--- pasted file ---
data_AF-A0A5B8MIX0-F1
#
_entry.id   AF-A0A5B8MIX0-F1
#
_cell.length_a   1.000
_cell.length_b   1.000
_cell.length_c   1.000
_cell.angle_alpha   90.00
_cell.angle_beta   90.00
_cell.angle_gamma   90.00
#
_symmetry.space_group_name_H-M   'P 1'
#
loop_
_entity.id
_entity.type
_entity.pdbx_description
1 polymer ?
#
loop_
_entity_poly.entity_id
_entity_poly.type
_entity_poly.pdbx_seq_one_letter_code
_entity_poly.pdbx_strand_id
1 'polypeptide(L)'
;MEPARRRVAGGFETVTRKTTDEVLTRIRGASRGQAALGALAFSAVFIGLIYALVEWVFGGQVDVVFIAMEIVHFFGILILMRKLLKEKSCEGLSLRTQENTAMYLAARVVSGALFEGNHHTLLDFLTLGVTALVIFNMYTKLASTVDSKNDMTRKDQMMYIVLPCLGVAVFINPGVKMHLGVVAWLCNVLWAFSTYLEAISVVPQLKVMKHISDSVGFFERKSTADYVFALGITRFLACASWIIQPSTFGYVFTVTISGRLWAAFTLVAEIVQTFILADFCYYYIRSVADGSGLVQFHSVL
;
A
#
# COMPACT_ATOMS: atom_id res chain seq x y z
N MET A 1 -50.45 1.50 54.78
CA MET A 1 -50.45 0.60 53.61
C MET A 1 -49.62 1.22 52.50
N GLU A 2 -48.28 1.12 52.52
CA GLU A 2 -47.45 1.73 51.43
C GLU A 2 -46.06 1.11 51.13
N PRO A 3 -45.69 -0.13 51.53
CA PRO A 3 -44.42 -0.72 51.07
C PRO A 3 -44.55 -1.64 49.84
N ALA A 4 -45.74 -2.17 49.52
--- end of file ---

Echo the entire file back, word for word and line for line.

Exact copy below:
data_AF-A0A5B8MIX0-F1
#
_entry.id   AF-A0A5B8MIX0-F1
#
_cell.length_a   1.000
_cell.length_b   1.000
_cell.length_c   1.000
_cell.angle_alpha   90.00
_cell.angle_beta   90.00
_cell.angle_gamma   90.00
#
_symmetry.space_group_name_H-M   'P 1'
#
loop_
_entity.id
_entity.type
_entity.pdbx_description
1 polymer ?
#
loop_
_entity_poly.entity_id
_entity_poly.type
_entity_poly.pdbx_seq_one_letter_code
_entity_poly.pdbx_strand_id
1 'polypeptide(L)'
;MEPARRRVAGGFETVTRKTTDEVLTRIRGASRGQAALGALAFSAVFIGLIYALVEWVFGGQVDVVFIAMEIVHFFGILILMRKLLKEKSCEGLSLRTQENTAMYLAARVVSGALFEGNHHTLLDFLTLGVTALVIFNMYTKLASTVDSKNDMTRKDQMMYIVLPCLGVAVFINPGVKMHLGVVAWLCNVLWAFSTYLEAISVVPQLKVMKHISDSVGFFERKSTADYVFALGITRFLACASWIIQPSTFGYVFTVTISGRLWAAFTLVAEIVQTFILADFCYYYIRSVADGSGLVQFHSVL
;
A
#
# COMPACT_ATOMS: atom_id res chain seq x y z
N MET A 1 -50.45 1.50 54.78
CA MET A 1 -50.45 0.60 53.61
C MET A 1 -49.62 1.22 52.50
N GLU A 2 -48.28 1.12 52.52
CA GLU A 2 -47.45 1.73 51.43
C GLU A 2 -46.06 1.11 51.13
N PRO A 3 -45.69 -0.13 51.53
CA PRO A 3 -44.42 -0.72 51.07
C PRO A 3 -44.55 -1.64 49.84
N ALA A 4 -45.74 -2.17 49.52